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Old 02-11-2013, 01:57 AM   #1
dan
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Default Variation calling, pool samples or not?

I seem to remember from talks and manuals that it's good practice to pool reads from all available samples when calling (per-sample) variations, as the added depth improves call statistics.

Can anyone point me at literature or discussion on this specific point, as I can't find anything concrete.


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Old 02-11-2013, 06:04 AM   #2
severin
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Default GATK best practices

Quote:
Originally Posted by dan View Post
I seem to remember from talks and manuals that it's good practice to pool reads from all available samples when calling (per-sample) variations, as the added depth improves call statistics.

Can anyone point me at literature or discussion on this specific point, as I can't find anything concrete.


Cheers,
Dan.
I was literally just reading about that here.

http://www.broadinstitute.org/gatk/g...best-practices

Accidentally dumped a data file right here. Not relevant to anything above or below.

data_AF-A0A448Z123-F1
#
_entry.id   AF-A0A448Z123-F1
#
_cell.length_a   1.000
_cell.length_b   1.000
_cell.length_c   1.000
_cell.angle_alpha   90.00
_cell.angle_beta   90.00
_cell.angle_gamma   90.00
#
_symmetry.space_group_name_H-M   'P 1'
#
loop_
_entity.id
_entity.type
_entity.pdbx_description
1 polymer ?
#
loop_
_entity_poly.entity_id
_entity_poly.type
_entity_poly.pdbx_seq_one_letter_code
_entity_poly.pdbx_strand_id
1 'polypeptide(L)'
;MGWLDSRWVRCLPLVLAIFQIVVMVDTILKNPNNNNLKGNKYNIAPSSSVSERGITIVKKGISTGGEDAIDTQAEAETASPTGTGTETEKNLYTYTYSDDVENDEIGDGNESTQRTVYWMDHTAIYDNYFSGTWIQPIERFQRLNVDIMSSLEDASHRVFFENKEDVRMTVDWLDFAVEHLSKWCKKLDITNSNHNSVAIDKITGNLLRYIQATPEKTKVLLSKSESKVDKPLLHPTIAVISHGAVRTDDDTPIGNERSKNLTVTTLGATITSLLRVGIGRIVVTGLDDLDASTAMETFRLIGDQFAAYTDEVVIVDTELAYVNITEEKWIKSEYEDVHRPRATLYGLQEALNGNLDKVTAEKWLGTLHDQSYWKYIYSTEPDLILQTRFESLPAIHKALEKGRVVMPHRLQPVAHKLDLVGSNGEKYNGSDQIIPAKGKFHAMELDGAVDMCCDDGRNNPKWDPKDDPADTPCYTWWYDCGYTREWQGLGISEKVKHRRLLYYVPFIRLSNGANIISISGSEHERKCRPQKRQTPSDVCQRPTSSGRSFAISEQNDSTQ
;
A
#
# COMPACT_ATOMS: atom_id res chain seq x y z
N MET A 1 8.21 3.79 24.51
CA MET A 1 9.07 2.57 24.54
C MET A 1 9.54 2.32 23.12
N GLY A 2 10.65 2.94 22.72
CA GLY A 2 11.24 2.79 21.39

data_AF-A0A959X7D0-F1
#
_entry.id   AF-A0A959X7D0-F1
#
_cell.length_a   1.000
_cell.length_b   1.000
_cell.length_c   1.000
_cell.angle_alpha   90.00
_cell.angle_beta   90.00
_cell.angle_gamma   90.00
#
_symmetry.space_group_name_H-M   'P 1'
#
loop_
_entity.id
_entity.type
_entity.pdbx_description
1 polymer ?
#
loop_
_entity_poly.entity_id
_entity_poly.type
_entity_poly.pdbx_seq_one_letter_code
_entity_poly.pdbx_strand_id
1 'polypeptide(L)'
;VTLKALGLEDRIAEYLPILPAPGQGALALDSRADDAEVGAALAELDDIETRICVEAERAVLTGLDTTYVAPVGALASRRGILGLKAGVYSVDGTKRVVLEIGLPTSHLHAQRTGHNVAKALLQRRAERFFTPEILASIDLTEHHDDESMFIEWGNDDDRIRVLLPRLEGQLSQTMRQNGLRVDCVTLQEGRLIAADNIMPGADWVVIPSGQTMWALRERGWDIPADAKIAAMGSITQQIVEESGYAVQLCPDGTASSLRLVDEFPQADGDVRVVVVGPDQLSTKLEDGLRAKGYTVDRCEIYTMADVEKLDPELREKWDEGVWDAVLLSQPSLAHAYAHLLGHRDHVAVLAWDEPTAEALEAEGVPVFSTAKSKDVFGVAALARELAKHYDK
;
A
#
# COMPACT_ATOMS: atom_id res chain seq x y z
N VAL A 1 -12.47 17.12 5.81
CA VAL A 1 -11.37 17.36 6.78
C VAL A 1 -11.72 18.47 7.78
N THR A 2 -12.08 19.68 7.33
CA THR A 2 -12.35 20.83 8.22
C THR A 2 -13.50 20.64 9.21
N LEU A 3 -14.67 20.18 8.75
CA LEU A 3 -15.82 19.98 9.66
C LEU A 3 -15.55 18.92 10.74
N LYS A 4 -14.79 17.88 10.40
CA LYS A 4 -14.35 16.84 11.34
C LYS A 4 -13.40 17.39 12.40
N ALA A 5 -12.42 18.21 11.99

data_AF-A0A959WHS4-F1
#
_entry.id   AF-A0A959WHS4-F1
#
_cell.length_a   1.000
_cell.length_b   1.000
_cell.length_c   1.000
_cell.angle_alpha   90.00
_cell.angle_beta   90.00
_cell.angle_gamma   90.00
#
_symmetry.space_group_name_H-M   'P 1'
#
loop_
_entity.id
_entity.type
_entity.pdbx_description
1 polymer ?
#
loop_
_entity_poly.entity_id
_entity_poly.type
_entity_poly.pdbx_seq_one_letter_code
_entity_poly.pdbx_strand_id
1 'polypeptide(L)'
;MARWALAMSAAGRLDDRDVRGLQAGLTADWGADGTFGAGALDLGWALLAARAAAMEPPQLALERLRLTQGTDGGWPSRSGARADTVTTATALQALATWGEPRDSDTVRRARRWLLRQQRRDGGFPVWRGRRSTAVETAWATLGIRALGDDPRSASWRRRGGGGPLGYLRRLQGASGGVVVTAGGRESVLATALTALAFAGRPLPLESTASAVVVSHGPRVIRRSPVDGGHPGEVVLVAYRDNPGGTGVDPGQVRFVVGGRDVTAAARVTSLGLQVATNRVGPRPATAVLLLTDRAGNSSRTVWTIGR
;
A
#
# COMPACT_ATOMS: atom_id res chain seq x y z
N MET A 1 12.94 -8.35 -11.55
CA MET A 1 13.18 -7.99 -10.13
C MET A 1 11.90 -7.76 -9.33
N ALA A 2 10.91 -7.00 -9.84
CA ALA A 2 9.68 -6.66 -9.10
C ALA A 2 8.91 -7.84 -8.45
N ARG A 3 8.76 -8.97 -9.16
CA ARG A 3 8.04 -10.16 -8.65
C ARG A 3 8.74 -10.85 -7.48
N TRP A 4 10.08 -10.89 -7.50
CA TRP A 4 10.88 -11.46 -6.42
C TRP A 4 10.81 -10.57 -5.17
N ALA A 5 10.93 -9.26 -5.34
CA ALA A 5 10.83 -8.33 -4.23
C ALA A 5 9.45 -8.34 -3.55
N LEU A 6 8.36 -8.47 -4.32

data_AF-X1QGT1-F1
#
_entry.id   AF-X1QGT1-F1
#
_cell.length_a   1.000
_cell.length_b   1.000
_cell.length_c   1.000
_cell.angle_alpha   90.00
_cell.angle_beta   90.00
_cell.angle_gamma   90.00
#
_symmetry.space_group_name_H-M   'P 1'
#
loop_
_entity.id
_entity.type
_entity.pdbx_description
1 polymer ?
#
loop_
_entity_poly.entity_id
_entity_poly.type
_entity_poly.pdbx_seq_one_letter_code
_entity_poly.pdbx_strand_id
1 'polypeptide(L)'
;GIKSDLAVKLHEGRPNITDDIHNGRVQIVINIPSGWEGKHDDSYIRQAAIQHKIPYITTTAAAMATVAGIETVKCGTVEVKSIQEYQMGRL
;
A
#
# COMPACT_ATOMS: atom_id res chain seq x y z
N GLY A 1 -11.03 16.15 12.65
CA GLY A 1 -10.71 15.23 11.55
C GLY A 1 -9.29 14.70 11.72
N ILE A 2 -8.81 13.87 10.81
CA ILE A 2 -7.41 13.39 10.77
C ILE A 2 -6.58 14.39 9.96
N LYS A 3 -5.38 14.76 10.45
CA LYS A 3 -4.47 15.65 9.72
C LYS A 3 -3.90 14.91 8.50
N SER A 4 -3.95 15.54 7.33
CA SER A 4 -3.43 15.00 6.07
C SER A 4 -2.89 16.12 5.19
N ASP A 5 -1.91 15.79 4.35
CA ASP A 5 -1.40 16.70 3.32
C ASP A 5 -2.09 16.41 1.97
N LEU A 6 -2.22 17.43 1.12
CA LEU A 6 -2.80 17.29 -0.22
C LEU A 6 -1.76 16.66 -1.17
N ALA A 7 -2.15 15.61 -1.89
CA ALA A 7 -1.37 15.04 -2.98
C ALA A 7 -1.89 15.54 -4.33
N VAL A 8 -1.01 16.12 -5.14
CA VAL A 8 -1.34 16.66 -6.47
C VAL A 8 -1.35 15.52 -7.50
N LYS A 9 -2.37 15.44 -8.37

Though not sure what is recommended for the Haplotype Caller as it is still a little experimental.
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Old 02-11-2013, 06:19 AM   #3
dan
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Nice link. It's very clear, but there isn't much detail, i.e. Why are samples called together?

Not surprised that haplotype calling is up in the air ;-)


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Old 02-11-2013, 06:22 AM   #4
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Here is a good answer :-)
http://www.biostars.org/p/10926/
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Old 02-11-2013, 06:59 AM   #5
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Especially if you're after allele frequency spectra, estimators are generally better for pooled samples. The 2010 Genetics article by Futschik and Schlötterer will get you started.

One common-sense statistical issue for calling SNPs in individuals is that there are stochastic allele-specific coverage biases up and down around expected coverage for any sample, nothing you can do about that. Pooling samples reduces the influence of this error term relative to the detection threshold for reasonably-frequent alleles. If there is weak evidence for a SNP in a single individual considered alone but that same SNP is segregating at reasonable frequency within the population, that prior knowledge strengthens the evidence for the SNP in the individual.
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